Monday, January 10, 2024
By Steven L. Taylor

Orly Taitz, Queen of the Birthers, loses in court (again):  SCOTUS Refuses to Hear Birther Case.

Filed under: Courts,OTB,SCOTUS,US Politics | Comments Off|
Tuesday, October 12, 2024
By Steven L. Taylor

Via the BBC:  Elite Colombian soldiers guilty of killing civilian

A court in Colombia has found seven members of an elite anti-kidnapping squad guilty of killing a civilian and saying he was a left-wing guerrilla.

The soldiers claimed they had killed Eduardo Perez Vega in combat in the eastern province of Casanare in 2024.

They then said he was a member of the Revolutionary Armed Forces of Colombia.

The incident was one of hundreds of so-called "false-positive" cases, which were used by the Colombian military and police to inflate their successes.

The broader context:

Thousands of people are believed to have been killed in such extrajudicial executions, which started to come to light during the tenure of former President Alvaro Uribe.

Many of the victims were dressed as rebel fighters after they were killed.

These cases illustrate that not only does the violence continues in Colombia (despite press coverage that often treats it as all but over) and specifically that many Colombian civilians have suffered greatly because of it.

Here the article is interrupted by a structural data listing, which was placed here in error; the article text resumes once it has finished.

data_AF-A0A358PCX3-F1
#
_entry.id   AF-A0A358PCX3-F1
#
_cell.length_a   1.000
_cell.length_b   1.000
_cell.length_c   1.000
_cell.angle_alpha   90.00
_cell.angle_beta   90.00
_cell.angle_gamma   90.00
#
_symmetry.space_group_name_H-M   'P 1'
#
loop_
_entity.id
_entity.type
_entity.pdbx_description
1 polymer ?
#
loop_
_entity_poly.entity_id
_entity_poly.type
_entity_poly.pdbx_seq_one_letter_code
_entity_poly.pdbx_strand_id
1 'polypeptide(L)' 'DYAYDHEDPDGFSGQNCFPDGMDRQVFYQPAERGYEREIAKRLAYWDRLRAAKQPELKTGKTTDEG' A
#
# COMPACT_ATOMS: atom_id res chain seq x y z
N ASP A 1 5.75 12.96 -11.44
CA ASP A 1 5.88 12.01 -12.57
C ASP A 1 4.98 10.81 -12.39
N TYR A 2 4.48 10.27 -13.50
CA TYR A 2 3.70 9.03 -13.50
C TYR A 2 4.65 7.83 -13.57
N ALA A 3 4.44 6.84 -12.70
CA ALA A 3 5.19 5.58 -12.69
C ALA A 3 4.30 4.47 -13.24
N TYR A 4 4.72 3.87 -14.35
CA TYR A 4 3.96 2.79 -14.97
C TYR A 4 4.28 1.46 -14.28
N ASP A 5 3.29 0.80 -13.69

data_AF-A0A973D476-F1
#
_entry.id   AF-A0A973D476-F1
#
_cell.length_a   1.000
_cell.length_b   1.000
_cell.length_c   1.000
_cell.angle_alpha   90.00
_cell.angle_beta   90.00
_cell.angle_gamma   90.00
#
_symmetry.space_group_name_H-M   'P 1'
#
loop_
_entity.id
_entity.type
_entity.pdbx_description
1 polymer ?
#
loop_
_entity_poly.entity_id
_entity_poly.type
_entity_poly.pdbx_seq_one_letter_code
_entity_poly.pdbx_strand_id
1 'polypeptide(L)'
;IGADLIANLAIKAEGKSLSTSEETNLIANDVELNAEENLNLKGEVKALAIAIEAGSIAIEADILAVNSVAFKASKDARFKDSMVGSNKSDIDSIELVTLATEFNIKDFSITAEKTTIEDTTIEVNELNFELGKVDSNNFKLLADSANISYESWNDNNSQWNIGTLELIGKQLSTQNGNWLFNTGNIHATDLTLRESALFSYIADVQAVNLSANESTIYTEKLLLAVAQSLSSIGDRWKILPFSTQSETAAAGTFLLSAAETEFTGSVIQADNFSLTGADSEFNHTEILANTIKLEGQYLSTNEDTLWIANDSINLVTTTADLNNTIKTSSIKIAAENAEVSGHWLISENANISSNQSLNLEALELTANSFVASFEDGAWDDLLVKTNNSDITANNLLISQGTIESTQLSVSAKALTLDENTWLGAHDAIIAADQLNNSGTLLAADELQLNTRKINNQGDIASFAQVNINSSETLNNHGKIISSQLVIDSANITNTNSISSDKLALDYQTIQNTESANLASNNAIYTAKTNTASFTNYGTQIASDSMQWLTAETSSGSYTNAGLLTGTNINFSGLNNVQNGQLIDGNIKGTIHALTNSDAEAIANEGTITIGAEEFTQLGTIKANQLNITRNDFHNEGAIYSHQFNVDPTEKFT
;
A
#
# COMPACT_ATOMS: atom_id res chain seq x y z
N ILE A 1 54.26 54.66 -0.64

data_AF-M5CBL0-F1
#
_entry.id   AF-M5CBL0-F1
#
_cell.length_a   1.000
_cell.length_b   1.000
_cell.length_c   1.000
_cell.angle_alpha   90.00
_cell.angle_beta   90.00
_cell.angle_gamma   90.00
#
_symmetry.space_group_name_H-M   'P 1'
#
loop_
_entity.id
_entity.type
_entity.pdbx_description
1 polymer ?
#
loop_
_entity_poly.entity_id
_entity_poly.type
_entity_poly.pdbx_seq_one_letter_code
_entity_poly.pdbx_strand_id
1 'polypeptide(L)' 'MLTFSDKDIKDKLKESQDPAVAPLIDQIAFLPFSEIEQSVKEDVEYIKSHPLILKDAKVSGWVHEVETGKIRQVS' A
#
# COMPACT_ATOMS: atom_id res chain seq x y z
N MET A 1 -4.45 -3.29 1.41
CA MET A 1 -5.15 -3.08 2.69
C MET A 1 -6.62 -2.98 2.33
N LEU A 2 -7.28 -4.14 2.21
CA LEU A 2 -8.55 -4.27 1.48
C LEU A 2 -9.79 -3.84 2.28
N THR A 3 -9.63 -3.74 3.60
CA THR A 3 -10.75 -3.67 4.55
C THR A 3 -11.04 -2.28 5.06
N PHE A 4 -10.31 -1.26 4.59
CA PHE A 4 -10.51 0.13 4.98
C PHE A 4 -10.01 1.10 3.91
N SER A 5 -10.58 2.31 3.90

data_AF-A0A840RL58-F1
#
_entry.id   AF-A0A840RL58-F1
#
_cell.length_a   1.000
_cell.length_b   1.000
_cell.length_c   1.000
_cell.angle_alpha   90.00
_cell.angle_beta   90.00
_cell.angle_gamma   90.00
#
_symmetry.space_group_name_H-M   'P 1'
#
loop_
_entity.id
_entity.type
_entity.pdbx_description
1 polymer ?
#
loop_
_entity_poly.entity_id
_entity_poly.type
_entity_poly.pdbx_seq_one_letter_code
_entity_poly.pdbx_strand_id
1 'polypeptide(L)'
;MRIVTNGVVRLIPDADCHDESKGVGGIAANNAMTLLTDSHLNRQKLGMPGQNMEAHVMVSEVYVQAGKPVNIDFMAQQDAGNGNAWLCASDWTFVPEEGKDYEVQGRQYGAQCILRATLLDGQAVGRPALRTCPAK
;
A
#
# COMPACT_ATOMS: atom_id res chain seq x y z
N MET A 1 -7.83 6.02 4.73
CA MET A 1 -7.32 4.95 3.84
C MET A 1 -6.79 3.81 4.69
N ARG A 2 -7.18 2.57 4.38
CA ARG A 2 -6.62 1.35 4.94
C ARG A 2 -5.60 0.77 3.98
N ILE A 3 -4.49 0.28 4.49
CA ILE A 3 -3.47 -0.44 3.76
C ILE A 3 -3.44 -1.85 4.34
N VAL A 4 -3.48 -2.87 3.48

That the soldiers were put on trial and convicted is a positive step for Colombian democracy, although there has not been as thorough investigation into the false positives scandal as the situation warrants.

Filed under: Colombia,Courts,Criminal Justice,Latin America | Comments Off|
Friday, August 6, 2024
By Steven L. Taylor

Via the BBC:  Mexico City gay marriage law upheld.

What the national implications of the ruling are unclear.  Mexico has a federal system like the United States, although I am unfamiliar with the way in which court rulings propagate across the country in their system.  For that matter, the nature of the ruling may have been narrowly focused on Mexico City along (the BBC write-up is unclear on the subject).

However, the following would seem to indicate the potentiality of broader implications: